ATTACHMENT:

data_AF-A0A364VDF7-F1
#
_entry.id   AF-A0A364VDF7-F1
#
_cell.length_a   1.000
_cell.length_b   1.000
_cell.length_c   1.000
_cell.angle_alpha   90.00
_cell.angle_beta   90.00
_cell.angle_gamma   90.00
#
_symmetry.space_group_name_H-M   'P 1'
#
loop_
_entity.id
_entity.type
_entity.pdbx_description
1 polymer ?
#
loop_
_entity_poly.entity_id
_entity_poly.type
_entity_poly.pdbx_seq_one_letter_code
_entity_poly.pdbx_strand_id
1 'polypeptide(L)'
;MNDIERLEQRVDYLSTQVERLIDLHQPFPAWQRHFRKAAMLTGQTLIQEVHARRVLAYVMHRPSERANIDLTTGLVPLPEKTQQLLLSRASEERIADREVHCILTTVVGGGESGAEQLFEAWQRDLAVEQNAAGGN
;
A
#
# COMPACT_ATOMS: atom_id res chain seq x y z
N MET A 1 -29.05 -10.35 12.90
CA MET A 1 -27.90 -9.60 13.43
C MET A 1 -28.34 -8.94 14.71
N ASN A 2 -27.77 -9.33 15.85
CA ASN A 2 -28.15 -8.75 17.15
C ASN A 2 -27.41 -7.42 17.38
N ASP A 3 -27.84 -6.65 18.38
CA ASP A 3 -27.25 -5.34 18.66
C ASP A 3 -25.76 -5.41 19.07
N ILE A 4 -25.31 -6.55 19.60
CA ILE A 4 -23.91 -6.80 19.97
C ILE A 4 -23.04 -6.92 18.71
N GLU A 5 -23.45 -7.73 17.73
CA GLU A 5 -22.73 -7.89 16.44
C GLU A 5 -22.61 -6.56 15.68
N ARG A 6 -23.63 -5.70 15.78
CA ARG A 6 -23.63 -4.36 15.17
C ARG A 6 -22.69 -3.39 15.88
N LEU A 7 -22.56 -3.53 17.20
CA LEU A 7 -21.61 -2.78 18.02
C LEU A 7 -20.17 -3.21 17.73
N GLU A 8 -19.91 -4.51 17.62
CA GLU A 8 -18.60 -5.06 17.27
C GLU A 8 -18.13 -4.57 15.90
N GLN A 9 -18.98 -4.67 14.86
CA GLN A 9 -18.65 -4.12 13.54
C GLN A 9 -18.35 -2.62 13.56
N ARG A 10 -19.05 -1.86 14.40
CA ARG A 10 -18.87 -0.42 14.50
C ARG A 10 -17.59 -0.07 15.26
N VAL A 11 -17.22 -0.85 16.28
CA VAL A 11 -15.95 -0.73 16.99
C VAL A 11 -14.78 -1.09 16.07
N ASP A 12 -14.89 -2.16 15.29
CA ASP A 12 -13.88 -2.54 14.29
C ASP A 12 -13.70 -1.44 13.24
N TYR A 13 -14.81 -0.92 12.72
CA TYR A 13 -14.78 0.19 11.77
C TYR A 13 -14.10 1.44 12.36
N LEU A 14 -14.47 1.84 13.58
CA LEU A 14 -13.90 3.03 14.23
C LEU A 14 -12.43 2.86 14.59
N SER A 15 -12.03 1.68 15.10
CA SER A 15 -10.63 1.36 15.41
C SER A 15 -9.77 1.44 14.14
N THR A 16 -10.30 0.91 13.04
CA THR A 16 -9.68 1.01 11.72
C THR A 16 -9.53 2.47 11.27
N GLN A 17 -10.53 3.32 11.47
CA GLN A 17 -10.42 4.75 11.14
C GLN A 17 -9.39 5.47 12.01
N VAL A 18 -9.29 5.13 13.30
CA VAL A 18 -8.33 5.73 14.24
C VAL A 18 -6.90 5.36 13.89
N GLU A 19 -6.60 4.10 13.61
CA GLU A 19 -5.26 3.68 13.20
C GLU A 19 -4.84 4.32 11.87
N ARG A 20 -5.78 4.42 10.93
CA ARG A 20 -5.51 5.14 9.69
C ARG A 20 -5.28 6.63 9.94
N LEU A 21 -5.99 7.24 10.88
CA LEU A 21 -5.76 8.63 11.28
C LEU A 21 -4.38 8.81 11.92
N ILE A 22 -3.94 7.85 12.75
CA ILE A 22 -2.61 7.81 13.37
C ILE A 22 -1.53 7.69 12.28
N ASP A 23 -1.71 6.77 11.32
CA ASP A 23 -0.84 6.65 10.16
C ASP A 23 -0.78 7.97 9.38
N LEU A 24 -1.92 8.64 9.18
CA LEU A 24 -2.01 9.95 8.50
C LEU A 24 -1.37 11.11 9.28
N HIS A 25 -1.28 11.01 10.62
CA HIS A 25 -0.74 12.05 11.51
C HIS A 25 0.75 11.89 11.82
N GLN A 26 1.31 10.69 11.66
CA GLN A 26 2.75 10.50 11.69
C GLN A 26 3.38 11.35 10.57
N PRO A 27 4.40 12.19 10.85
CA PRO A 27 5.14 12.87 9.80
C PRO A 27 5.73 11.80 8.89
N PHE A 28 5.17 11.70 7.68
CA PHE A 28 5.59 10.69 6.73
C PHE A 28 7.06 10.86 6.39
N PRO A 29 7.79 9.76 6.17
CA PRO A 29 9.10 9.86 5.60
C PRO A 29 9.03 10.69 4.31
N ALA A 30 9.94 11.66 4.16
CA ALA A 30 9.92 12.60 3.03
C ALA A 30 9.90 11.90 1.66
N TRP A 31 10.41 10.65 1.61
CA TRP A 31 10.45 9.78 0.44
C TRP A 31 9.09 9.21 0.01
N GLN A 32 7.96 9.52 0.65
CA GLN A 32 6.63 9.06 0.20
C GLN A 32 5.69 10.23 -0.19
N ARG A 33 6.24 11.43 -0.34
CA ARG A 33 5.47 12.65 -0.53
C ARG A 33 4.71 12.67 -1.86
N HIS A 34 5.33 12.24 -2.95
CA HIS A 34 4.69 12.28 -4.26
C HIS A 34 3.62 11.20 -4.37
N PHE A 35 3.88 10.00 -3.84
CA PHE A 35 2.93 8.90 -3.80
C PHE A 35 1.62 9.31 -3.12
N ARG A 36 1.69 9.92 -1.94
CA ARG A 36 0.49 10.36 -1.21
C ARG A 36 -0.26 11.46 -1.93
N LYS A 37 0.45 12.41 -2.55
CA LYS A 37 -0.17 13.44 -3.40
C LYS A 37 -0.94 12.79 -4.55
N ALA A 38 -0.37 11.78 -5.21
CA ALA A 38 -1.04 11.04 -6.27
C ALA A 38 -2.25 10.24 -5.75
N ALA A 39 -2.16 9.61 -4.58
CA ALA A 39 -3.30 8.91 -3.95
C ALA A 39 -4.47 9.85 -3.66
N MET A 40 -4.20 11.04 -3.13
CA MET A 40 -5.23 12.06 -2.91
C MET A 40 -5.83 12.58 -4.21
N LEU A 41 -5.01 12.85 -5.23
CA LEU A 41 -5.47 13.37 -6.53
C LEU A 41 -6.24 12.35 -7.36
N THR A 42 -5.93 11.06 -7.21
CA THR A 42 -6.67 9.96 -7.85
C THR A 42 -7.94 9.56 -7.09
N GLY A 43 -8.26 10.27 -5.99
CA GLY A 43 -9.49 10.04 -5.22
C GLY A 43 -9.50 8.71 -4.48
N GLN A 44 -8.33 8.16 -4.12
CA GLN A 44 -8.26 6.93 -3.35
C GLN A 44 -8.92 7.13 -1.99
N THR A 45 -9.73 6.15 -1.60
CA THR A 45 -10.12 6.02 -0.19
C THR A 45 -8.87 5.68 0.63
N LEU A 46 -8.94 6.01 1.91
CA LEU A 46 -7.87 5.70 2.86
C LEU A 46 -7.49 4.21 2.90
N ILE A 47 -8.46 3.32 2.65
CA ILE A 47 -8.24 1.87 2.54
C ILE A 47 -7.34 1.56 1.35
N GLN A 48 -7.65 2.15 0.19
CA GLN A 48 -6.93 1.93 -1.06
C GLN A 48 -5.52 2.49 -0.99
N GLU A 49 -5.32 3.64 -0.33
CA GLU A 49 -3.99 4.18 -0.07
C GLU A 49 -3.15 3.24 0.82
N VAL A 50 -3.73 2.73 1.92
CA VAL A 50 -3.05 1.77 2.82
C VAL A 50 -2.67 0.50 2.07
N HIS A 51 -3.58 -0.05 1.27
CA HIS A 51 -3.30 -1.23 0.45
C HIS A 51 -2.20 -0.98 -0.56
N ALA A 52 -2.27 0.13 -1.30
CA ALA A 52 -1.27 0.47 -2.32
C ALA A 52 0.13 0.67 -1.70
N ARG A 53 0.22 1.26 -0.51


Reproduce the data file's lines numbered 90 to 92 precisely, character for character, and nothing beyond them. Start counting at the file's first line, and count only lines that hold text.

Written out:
C ARG A 20 -5.28 6.63 9.94
N LEU A 21 -5.99 7.24 10.88
CA LEU A 21 -5.76 8.63 11.28